I had the pleasure of catching up with a voice I listened to tirelessly as an adolescent. Slim, the former frontman of 112, dished on his thoughts on R&B’s current state, reminisces on Biggie and the future of the band responsible for his successful past.
What he’s been doing during his time away from the spotlight –
Slim: I’ve just been enjoying life, sort of taking a break off but I’ve been writing and recording and doing a lot of shows and I was pretty much kicking back and enjoying life because after the success of (my first solo album) Love’s Crazy, they didn’t know I did it independent but it felt like I had major label success. I had six figures worth of albums and “So Fly” went gold or something like that so at that point, it was truly a blessing. But the only thing is that it was very strenuous with me being the CEO (of M3 Records) and the artist and a touring artist at that.
The current state of R&B –
If you would’ve asked me that question four years ago, I think that…aw man, when Love’s Crazy came out, I didn’t have so much of a positive outlook on R&B yet but I must say that I do love the artists that are coming out. What I’ve noticed now is the artists that are really good aren’t necessarily the artists that are mainstream. I’m a fan of the artist that are grassroots, still kinda underground. Like I’m a big fan of Frank Ocean and another person that I know people are probably gonna be wylin, they’re gonna say wow is, but I’m a big fan of the Weeknd.
His upcoming album Cruise Control –
I had been doing a lot of stuff, I been travelling, doing shows all around the world. I been writing, working with a lot of people, like my last situation, I was working with Play-N-Skillz and Luda, wrote a record to a Dave Guetta track so I’m crossing my fingers. I heard that Usher did the hook to it. So I’m hoping that the record is accepted and most likely to become a single. I been working really really good. Like I got a chance to work with Jeezy, I mean there’s a whole bunch of people. Like all of us have great working relationships. While I was writing, I established incredible relationships with a lot of artists and a lot of producers. Man, they’re definitely gonna be on the album and I’m hoping that I’m gonna be on their albums.
Playing his own music for the ladies –
If I was setting moods, I would never play my own music because I don’t listen to music like how y’all listen to music. *laughs* If I listen to something, I’d be like “Oh my God, why did I hit that note?” I don’t really go back and forth with it. When I listen to music, I don’t really like listening to it to myself because it’s more of like constructive criticism.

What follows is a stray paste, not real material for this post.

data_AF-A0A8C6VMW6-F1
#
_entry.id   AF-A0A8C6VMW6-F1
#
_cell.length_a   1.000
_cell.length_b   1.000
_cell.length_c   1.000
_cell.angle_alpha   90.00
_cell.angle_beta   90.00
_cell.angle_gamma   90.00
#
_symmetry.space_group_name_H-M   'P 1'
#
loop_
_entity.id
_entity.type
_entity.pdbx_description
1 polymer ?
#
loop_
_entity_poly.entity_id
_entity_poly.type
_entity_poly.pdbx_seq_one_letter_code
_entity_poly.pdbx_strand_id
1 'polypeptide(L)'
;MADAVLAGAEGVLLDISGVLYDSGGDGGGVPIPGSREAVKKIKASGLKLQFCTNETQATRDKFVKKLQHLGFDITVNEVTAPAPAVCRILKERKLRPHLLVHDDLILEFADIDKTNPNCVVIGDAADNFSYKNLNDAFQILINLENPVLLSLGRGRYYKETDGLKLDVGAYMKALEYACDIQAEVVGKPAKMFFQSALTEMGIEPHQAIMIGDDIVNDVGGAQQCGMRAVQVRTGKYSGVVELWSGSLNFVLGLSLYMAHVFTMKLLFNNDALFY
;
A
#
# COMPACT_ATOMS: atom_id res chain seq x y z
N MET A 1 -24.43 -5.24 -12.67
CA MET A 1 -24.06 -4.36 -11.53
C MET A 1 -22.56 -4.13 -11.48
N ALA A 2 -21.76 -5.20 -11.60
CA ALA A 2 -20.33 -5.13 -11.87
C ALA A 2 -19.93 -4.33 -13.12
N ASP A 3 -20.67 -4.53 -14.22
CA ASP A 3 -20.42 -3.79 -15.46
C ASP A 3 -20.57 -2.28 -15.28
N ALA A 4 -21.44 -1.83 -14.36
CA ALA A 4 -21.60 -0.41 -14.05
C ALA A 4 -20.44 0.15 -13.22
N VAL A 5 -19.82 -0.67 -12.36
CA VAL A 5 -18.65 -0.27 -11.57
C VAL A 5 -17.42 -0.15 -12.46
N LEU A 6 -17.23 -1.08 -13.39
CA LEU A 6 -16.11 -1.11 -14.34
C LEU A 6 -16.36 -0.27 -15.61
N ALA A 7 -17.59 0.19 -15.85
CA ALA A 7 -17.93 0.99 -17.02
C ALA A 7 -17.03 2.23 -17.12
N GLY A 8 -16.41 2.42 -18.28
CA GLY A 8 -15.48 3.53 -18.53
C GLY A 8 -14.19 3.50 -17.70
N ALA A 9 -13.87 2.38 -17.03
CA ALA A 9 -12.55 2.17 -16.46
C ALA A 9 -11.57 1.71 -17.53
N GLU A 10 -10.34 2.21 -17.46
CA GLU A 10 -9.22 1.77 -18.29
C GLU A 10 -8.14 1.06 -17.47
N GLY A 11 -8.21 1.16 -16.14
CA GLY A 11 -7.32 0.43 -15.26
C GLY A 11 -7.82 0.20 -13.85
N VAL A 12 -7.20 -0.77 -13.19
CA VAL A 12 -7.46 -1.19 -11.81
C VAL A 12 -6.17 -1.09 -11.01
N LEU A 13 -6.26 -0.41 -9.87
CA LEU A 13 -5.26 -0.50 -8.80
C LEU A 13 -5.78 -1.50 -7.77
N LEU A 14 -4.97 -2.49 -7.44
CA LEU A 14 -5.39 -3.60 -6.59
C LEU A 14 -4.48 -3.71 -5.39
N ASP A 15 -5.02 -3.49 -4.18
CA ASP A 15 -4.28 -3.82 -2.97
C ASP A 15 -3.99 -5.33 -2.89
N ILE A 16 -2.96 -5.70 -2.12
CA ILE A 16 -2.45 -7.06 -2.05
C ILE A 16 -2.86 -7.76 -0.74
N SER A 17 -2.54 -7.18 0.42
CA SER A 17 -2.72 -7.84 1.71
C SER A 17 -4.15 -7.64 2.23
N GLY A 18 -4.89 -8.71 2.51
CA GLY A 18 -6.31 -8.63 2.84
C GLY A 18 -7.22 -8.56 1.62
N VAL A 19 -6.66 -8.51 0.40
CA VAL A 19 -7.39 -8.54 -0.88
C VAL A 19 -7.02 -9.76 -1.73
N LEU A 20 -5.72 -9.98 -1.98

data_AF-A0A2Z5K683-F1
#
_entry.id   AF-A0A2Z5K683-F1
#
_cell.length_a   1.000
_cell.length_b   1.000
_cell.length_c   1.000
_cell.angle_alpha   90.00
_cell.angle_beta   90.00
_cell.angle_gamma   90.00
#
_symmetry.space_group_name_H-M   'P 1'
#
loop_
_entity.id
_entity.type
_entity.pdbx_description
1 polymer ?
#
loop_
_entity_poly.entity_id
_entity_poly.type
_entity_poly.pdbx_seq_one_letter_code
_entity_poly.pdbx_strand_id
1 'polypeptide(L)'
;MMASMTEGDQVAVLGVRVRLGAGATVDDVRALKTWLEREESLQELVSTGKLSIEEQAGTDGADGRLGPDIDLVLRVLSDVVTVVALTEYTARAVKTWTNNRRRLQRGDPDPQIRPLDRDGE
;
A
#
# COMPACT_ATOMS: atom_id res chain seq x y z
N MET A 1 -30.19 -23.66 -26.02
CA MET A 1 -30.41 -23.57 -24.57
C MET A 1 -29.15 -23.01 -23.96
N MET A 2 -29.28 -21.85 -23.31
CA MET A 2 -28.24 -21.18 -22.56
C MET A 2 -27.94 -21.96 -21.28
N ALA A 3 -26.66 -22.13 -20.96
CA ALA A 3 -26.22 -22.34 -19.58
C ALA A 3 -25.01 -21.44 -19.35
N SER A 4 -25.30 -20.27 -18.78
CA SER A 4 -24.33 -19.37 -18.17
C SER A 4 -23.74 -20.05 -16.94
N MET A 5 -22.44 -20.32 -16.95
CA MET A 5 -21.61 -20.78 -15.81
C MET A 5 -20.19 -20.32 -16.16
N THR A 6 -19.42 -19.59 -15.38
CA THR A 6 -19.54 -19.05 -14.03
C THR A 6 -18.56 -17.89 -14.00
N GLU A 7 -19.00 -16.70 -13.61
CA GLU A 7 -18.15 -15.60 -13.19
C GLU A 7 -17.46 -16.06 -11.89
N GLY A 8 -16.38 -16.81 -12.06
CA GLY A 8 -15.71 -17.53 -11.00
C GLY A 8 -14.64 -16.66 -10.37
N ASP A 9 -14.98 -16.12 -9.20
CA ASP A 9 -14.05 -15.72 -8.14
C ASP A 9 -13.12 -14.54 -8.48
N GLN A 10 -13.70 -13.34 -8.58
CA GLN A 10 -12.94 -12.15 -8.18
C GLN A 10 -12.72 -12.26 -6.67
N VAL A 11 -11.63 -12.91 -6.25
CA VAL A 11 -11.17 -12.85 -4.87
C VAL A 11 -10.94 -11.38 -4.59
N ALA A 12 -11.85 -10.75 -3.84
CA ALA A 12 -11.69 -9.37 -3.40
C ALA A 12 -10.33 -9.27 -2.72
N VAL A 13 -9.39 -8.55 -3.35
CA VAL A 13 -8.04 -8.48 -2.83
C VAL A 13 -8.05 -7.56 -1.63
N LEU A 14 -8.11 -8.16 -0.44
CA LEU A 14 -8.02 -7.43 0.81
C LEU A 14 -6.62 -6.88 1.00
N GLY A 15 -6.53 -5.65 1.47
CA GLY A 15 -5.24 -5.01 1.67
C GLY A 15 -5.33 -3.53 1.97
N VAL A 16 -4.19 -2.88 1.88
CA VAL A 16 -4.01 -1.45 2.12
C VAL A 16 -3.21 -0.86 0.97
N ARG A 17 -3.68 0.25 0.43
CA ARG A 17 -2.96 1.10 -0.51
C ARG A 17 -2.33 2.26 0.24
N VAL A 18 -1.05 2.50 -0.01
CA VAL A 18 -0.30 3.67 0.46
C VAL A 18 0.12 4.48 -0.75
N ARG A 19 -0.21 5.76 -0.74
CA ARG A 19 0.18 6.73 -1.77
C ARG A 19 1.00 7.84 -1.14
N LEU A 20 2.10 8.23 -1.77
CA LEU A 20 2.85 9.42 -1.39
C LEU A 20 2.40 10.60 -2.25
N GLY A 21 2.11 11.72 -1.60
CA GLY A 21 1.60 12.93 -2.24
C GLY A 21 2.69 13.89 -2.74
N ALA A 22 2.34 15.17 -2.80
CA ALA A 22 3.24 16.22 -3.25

Hardest lesson learned transitioning from a group member to a solo artist –
I think the harder lessons I learned were when I was in the group that prepared me for where I am now. I definitely know strength lies in unity and at the end of the day, you definitely have to have each other’s back. When I look at that situation, I look at it as I was blessed when I did the whole Love’s Crazy situation, I didn’t have any glitches. I put out a record and that first record exploded. And the people that I had around me, they were the same cats that I had with me from day one. And that’s one of the principles I would never shake. And people say that when they have certain success, you kinda start seeing people changed. They get to a certain level where they don’t want that same person. For me, if I’m successful, my crew is successful…It doesn’t feel like I’m solo ‘cause my crew and my staff are with me all the time. So even if you say solo and you face certain problems, there are certain times where you feel like you wanna give up, sometimes you feel overwhelmed, like I remember a situation where I had four shows in one day and I was so tired and then getting on the jet, trying to make it to that next spot, I remember my voice and everything was like all beat up and it was like, I remember my big brother and certain cats in the crew was like uplifting all the time.
The possibility for a 112 reunion –
I say at this point, no, just because I can’t answer the question for anybody else. And I had heard that they already had a replacement for me. I kinda already accepted it or whatever. At the end of the day, they are my brothers and I love ‘em to death personally. I’ma always have love for ‘em. But I don’t think musically right now that would probably happen but do I think 112 influenced people? Oh yes, because I feel that we definitely put our footprint in the sand of musical history. We’re blessed to be four friends that had a dream together and came out of south Atlanta and when people told us we couldn’t do it , we took it a whole ‘nother level, moved to New York, sold 23 million records, got a Grammy, won every award in the Grammys. Man, I have no regrets, I take nothing back. I definitely think that when you hear a true R&B record with younger people, I do hear elements of 112 and it makes me feel really good like I made a difference. If 112 never makes another song ever again, I’m very happy with that.